Accessibility Skip to Global Navigation Skip to Local Navigation Skip to Content Skip to Search Skip to Site Map Menu

Study at NCPACS

Commitment to a bicultural research environment

The National Centre for Peace and Conflict Studies at the University of Otago embraces the Maori Strategic Framework's (2020) goal to deepen the University’s commitment to achieving participation and success for Indigenous students in tertiary education.

Our post-graduate centre is staffed by academic faculty from a variety of social science disciplines and as we work and teach in a bicultural setting (including Indigenous and Non-Indigenous cultural standpoints) we embrace a bicultural research environment. In practical terms this means we are open and responsive to both Western Canon Epistemologies and Indigenous Methodologies (Tuhiwai Smith 2012) and students who engage with research and knowledge generation in our centre are able to approach inquiry from either or both positions where appropriate.

Master of Peace and Conflict Studies (MPCS)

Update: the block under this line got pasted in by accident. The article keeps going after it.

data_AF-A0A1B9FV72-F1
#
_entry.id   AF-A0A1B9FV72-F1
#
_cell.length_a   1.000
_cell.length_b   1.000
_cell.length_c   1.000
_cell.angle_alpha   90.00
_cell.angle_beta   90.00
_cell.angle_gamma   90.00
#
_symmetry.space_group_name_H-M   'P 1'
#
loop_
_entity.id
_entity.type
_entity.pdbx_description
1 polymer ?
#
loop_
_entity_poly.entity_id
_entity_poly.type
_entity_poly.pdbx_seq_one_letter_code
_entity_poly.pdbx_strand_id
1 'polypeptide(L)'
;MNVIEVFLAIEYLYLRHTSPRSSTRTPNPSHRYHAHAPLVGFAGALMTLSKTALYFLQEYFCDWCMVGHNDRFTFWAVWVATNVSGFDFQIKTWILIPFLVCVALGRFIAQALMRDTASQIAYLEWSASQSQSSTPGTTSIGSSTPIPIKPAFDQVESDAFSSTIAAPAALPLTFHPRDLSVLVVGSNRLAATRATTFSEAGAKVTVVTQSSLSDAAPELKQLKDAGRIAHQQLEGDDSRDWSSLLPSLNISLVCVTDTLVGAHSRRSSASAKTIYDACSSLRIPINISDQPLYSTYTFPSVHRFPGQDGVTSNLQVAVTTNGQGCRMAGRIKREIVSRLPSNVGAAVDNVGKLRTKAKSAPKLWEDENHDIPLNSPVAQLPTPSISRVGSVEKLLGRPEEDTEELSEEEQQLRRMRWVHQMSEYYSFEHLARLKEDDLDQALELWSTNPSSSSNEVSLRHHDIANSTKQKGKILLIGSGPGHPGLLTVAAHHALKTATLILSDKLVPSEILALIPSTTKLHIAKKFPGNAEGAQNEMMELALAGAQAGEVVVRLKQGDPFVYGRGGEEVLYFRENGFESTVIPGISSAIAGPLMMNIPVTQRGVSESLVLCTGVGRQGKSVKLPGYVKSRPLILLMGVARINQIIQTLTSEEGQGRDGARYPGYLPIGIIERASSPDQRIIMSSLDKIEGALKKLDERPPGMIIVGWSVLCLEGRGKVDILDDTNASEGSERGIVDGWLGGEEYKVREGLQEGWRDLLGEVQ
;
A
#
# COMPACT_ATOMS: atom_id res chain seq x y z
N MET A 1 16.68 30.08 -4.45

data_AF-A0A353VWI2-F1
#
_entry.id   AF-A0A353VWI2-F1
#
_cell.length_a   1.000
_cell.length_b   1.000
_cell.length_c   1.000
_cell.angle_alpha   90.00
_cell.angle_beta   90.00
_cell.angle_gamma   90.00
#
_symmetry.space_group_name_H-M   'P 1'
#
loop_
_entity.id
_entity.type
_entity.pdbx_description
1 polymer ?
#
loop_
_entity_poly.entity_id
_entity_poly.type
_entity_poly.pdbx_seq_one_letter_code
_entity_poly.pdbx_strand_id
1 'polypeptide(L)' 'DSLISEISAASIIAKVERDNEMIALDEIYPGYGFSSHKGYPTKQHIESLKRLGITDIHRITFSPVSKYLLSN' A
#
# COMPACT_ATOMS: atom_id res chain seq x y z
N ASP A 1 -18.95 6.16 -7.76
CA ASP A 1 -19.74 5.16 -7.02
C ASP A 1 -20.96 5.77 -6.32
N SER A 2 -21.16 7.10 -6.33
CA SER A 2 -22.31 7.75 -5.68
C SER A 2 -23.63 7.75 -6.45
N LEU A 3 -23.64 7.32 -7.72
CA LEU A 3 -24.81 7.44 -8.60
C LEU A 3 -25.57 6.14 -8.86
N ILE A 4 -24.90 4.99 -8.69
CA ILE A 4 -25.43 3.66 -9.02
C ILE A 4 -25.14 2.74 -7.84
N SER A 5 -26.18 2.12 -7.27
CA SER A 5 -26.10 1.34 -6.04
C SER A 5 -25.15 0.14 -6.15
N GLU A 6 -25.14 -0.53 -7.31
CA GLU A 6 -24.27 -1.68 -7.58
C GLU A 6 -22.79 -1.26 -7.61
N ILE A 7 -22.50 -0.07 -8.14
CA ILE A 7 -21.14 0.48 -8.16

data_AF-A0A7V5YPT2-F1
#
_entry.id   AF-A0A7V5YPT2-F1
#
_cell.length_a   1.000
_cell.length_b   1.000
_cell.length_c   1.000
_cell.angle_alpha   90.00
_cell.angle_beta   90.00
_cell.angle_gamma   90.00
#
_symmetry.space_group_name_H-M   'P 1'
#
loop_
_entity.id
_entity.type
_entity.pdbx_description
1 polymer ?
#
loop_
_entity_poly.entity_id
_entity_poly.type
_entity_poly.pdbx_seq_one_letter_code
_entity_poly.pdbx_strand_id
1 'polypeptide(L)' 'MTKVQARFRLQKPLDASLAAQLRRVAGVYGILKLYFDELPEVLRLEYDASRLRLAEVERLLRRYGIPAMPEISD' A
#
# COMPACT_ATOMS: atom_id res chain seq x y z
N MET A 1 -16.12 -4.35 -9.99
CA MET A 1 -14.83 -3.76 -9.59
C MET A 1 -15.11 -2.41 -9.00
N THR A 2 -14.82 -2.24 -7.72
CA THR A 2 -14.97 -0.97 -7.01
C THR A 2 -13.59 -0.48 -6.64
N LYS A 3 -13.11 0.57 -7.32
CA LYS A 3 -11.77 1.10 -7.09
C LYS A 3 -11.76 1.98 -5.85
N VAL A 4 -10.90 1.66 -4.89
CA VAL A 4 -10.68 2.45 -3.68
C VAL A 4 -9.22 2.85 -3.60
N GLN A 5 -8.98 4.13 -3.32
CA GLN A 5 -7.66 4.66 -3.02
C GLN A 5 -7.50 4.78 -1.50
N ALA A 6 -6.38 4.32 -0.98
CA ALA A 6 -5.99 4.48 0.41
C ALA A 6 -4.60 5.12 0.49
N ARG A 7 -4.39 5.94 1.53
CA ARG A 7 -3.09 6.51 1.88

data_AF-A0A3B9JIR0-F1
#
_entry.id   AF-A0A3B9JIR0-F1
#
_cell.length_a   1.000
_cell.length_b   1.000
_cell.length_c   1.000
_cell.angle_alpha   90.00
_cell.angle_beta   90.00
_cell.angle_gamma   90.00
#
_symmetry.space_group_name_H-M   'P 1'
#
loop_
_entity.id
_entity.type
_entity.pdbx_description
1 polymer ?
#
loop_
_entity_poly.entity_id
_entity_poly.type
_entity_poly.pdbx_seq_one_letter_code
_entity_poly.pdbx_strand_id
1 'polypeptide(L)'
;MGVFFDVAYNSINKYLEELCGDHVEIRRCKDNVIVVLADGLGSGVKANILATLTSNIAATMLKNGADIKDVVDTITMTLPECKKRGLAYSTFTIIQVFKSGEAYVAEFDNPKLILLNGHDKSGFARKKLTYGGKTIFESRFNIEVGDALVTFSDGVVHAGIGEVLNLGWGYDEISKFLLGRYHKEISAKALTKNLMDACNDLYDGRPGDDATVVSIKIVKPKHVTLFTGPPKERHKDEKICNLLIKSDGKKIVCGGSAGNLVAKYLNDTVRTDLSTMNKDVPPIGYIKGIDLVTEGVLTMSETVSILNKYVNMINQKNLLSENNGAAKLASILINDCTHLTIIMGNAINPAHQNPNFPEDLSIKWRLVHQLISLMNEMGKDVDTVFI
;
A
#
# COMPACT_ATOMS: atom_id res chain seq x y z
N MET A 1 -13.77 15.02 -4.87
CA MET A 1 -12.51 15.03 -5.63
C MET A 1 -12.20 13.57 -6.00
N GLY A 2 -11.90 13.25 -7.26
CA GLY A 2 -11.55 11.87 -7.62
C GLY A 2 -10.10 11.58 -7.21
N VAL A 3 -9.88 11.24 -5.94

The National Centre for Peace and Conflict Studies now offers a one year coursework Master of Peace and Conflict Studies. This qualification can be completed in one year of full time study or part time over a longer period. Students are required to complete four papers, two of which are compulsory, and either a dissertation or a practicum placement and report.

Applications are currently open for three partial scholarships valued at $10,000 (NZD) for study beginning in 2019.  Applications close on 30 September 2018.

Follow this link to apply for the MPCS.

Find out more about our Masters programmes.

For enquiries please email peaceandconflict@otago.ac.nz

Peace and Conflict Studies analyses violent conflict

The field of Peace and Conflict Studies addresses some of the most enduring and intractable problems confronting humanity. It is primarily concerned with an analysis of the origins and nature of violent conflict within and between societies.

Scholars within this area are interested in understanding how to generate both negative peace (an absence of violence and war) and positive peace (social institutions that remove sources of injustice, violence and socio-political exclusion).

Graduates can study Peace and Conflict Studies

Typically, NCPACS students will possess undergraduate degrees in a wide range of disciplines, such as law, education, psychology and politics.

We do not have an undergraduate programme.

Study towards a Master of Peace and Conflict Studies, Master of Arts or PhD

Download the NCPACS Student Handbook.

Download the off-campus advice form for students who are travelling.

Download the assignment cover sheet.